Keep Your Identity Safe without Impacting the Environment
Around every corner is another threat — and many of the risks we face today are invisible. Much like the carbon dioxide that is leaving the planet vulnerable to more and more effects of climate change, we all face constant exposure from malicious actors we can neither see nor hear.
These cyber-thieves and hackers want to access our data. And they will stop at nothing to exploit any weakness they can find. This is why it is so important to take the following five common-sense steps to protect your digital life.
Best of all, each of these recommendations are all easy to implement, easy to use, and leave only a digital fingerprint on the environment.
1. Lock Down Your Mobile Phone
Even if they don’t realize it, most people today store all the information a hacker could ever want in their phone. And because we are quick to value convenience over security, the apps housing all this data are generally very easy to access. This makes it critical to secure your lock screen properly. Minimal protection, with a four-digit pin, is better than nothing. But if you can use biometric options, like a fingerprint, that is even better. In addition, you should be cognizant of the data you can expose by allowing excessive pop-ups to appear. “Limit the number of apps that can send me Lockscreen Notifications,” suggests Jonny Evans of Computerworld. “Maximize privacy by disabling Show Previews for any app notifications so your communications won’t appear on the lock screen.”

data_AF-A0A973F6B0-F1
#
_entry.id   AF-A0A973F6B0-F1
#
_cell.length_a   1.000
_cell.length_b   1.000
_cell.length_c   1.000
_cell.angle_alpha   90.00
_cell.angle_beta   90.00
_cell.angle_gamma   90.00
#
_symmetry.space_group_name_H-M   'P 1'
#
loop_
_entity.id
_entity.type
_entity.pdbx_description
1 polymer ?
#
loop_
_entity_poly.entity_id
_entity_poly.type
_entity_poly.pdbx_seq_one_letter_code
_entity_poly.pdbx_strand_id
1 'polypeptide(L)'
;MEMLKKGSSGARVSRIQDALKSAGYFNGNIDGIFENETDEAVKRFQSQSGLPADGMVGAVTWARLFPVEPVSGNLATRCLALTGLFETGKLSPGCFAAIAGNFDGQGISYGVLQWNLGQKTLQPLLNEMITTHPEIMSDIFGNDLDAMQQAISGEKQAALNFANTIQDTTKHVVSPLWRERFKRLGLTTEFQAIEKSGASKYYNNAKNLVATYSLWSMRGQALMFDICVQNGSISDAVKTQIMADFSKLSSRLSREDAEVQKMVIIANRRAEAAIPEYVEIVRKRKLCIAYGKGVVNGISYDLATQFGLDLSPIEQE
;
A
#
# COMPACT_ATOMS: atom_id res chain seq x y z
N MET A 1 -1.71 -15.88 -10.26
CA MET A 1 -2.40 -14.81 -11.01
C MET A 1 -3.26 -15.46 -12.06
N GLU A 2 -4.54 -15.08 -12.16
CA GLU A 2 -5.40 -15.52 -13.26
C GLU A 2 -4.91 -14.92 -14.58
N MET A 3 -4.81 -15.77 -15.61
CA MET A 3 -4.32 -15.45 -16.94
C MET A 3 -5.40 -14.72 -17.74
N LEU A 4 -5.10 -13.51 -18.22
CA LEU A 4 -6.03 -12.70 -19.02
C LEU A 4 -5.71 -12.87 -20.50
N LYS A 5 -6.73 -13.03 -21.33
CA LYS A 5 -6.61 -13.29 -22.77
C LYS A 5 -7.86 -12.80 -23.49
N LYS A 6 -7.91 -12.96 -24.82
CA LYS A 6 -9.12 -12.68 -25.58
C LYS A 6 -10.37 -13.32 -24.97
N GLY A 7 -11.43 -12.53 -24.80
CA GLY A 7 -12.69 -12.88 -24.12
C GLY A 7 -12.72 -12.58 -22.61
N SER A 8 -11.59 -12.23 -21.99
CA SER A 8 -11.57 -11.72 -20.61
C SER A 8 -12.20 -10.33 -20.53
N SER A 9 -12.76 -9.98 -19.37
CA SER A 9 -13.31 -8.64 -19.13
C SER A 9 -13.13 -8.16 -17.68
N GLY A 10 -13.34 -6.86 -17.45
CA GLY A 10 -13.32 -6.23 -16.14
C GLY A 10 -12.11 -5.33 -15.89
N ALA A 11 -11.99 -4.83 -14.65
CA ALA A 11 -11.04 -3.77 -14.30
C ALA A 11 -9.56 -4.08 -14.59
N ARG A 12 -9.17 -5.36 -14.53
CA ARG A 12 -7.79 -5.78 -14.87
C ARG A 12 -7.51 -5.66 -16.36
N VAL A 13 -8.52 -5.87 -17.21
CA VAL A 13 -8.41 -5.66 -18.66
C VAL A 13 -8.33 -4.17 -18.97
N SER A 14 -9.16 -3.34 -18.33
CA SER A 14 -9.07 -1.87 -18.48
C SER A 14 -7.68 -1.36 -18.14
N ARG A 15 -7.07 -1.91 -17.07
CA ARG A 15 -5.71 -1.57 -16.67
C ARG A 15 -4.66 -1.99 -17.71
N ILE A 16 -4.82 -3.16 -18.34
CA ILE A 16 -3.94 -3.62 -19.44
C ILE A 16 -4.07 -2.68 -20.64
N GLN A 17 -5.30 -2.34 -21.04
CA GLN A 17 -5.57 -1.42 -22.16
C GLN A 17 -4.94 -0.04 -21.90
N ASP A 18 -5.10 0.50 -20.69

2. Use Strong Passwords
It may be shocking in 2019, but many people still use account passwords that are comically weak. According to SplashData, the two most common continue to be “123456” and “password.” While such users may be hopeless, a staggering number of even those people with a bit more sense continue to use simple words that a hacker can break using simple dictionary-based code. Instead, be sure to choose something with two or more words (perhaps in multiple languages or including slang), a mix of capital and lowercase letters, and at least one number and symbol. This step should now be so basic that it doesn’t even need to be said — but it still bears repeating.
3. Implement Two-Factor Authentication
Strong passwords are great, but varying the passwords you use is even more important. You should at least separate your bank and highly sensitive passwords from those used for email and social media, and then consider yet another for non-sensitive accounts that may be for a newsletter subscription. But, beyond this, two-factor authentication should be implemented on your email because this is typically used for password recovery. Hackers are quick to try to exploit this potential vulnerability, and two-factor authentication will allow you to shut down that route, triggering your email client to send a text message to your phone with a code that must be inputted before granting access. Google Authenticator is among the best-known options, and the editors at Gadget Hack claim that Authy and LastPass Authenticator are great services to try.